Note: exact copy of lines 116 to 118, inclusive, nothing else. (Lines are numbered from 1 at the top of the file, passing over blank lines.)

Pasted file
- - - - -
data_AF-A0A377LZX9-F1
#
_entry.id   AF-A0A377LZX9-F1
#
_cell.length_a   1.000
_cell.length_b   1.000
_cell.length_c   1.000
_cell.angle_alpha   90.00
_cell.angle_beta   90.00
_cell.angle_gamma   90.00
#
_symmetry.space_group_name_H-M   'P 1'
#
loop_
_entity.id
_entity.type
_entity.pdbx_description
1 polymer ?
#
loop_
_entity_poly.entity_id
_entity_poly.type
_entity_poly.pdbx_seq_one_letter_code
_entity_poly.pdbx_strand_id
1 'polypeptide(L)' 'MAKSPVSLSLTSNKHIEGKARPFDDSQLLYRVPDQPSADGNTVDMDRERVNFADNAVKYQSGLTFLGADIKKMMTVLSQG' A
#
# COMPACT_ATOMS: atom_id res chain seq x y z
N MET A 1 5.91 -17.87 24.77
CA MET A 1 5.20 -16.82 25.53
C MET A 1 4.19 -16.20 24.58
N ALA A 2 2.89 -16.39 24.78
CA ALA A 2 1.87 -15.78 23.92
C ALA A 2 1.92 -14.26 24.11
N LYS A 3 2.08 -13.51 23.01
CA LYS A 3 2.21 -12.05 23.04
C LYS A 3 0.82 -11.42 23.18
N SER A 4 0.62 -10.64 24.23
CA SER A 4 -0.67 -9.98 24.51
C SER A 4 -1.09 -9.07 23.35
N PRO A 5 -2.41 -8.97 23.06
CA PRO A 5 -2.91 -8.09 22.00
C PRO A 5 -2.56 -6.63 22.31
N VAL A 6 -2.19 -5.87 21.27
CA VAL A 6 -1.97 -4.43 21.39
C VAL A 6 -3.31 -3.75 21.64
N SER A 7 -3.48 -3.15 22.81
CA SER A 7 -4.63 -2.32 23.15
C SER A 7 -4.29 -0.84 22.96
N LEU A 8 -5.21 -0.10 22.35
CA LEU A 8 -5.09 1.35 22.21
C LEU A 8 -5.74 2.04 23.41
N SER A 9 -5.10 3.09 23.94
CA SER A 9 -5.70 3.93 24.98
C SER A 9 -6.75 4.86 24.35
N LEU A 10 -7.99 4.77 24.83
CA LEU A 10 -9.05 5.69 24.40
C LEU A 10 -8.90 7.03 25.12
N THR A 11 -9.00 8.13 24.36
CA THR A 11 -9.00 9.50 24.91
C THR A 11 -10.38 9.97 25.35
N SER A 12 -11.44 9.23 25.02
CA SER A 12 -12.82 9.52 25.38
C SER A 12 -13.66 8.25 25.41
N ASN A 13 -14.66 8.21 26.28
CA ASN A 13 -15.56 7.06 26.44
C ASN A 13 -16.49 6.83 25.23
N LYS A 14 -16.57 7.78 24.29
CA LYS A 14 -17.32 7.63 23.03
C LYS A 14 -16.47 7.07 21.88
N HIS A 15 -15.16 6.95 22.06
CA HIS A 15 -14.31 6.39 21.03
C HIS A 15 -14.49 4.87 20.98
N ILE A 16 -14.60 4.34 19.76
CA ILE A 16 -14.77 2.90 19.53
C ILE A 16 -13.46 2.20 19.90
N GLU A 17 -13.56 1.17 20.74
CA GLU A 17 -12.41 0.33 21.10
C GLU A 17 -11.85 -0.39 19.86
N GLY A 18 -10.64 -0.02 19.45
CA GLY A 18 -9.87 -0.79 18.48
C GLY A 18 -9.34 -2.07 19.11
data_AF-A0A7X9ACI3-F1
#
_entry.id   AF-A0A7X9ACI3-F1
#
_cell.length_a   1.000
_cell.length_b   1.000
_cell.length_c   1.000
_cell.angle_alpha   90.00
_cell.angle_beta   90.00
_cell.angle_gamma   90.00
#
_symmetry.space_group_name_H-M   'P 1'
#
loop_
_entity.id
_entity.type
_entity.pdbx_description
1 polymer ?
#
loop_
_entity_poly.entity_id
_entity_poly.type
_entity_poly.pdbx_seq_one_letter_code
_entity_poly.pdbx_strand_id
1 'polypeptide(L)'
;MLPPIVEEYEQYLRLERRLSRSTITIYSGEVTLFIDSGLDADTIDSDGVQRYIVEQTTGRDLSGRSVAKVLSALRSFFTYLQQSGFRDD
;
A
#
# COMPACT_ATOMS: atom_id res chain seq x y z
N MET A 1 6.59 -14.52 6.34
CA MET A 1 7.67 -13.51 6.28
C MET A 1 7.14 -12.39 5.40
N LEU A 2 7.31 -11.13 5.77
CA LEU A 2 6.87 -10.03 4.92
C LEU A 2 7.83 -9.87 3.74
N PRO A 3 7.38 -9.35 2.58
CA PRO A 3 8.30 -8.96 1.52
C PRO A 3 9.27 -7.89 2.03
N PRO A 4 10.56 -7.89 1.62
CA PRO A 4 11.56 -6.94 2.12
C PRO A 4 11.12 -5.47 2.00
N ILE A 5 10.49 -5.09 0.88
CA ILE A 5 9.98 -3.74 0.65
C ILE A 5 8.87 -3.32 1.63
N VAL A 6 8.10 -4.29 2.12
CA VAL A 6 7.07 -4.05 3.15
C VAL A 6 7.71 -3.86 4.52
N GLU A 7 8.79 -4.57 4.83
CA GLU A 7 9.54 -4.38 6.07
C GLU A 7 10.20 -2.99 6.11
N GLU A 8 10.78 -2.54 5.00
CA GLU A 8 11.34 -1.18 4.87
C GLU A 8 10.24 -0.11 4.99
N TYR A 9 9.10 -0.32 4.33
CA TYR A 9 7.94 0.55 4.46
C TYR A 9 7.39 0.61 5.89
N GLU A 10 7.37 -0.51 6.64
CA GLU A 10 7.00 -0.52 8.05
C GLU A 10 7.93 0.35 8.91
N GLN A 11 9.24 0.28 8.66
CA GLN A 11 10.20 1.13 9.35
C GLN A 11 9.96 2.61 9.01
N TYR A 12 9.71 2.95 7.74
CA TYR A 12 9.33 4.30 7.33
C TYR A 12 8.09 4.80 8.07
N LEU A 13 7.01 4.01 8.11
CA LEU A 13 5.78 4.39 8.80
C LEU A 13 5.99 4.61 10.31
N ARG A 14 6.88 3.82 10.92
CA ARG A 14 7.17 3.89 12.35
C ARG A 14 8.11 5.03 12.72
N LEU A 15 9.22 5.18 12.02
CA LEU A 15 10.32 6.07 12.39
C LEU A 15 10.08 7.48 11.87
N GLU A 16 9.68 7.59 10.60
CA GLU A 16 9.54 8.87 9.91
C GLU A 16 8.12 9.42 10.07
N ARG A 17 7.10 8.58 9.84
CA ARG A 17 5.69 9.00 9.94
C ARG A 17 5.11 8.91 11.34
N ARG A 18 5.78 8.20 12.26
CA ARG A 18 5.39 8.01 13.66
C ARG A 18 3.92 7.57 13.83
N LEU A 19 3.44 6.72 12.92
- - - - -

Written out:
CA LEU A 2 6.87 -10.03 4.92
C LEU A 2 7.83 -9.87 3.74
N PRO A 3 7.38 -9.35 2.58